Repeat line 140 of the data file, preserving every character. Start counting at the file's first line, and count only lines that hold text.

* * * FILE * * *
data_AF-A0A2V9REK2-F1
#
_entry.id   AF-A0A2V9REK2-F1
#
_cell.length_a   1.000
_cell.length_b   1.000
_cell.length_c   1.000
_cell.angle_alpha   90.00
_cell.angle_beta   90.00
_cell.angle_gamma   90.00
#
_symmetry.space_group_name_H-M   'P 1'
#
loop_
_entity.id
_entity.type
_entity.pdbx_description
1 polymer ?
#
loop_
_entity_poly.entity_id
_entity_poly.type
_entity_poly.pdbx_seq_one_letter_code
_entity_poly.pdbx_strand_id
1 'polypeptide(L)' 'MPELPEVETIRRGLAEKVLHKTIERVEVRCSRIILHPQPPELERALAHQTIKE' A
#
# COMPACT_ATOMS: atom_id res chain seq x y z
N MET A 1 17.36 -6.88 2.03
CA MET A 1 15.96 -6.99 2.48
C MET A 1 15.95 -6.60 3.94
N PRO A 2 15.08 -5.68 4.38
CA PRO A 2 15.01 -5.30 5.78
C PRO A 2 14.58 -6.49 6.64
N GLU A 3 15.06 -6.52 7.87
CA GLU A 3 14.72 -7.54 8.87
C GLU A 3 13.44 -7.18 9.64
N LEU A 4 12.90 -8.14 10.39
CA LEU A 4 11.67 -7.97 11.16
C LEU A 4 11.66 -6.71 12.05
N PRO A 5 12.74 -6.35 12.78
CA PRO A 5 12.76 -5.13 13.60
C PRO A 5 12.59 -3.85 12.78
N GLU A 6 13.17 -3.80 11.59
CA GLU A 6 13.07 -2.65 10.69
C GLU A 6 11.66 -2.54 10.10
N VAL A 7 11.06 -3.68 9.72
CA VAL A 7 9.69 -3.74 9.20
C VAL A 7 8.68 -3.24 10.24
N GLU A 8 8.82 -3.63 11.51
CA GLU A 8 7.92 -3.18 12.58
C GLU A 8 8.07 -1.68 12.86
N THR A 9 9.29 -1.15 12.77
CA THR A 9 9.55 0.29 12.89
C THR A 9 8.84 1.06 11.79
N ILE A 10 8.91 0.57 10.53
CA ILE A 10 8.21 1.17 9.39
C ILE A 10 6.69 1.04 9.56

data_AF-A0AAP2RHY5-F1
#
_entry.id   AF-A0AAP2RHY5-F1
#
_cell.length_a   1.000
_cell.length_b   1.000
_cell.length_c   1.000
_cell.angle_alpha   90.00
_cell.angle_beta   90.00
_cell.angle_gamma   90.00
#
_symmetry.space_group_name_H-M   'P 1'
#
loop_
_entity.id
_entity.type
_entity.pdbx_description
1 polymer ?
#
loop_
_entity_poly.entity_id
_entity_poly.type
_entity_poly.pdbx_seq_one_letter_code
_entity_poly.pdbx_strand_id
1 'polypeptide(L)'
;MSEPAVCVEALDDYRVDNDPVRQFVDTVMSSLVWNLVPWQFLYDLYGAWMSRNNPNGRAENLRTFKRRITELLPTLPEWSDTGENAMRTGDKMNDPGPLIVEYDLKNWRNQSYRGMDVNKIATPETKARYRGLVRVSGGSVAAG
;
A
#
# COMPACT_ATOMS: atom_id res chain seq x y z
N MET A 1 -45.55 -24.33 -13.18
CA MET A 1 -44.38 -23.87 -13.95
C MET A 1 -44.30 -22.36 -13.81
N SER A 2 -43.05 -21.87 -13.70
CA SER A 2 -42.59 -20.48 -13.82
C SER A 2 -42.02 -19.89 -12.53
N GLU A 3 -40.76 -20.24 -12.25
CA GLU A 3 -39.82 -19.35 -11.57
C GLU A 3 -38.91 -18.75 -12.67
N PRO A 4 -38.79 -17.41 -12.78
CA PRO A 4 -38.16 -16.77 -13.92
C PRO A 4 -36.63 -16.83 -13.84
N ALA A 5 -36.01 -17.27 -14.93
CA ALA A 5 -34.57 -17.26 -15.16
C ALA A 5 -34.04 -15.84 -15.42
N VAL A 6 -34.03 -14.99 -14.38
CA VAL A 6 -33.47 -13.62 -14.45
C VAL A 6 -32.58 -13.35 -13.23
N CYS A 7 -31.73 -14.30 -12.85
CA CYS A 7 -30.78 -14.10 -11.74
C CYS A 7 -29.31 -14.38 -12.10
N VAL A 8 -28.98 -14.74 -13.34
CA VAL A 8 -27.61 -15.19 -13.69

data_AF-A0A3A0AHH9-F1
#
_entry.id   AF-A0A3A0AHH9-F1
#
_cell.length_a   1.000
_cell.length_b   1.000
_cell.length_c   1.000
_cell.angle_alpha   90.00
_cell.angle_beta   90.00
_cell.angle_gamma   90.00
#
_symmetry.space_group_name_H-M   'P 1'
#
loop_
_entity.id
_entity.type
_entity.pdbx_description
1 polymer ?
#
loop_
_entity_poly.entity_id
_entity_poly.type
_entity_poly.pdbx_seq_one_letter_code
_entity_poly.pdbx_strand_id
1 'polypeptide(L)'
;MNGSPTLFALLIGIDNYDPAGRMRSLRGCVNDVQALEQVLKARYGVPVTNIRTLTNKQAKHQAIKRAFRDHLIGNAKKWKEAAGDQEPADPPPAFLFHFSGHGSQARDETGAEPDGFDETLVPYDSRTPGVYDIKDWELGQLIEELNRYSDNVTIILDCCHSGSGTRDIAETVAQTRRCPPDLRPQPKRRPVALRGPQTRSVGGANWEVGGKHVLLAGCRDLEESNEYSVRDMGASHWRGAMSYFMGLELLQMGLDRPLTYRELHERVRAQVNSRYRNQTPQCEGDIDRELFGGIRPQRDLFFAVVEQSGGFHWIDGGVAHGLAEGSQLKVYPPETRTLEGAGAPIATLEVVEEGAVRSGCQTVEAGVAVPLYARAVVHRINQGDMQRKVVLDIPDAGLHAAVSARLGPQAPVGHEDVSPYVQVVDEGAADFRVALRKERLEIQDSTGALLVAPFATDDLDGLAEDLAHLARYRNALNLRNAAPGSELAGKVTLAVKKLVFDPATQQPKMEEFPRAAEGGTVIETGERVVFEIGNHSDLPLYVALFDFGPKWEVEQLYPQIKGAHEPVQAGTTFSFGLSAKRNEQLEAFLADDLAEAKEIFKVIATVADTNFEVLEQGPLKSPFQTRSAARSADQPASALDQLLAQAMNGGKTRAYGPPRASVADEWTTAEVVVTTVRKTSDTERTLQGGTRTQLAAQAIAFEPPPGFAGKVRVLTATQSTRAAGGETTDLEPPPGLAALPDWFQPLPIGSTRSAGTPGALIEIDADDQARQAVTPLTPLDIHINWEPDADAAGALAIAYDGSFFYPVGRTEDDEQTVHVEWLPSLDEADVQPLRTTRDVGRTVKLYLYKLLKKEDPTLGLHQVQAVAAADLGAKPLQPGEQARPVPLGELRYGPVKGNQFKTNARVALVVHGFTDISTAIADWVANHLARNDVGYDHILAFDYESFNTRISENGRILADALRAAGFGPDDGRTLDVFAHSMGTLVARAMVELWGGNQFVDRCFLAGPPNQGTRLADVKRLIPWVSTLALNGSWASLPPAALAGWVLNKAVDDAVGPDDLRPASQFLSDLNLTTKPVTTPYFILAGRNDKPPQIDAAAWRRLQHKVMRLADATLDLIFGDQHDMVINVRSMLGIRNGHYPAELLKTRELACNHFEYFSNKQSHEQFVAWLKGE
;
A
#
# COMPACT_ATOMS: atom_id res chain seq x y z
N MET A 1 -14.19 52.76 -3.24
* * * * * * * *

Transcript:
# COMPACT_ATOMS: atom_id res chain seq x y z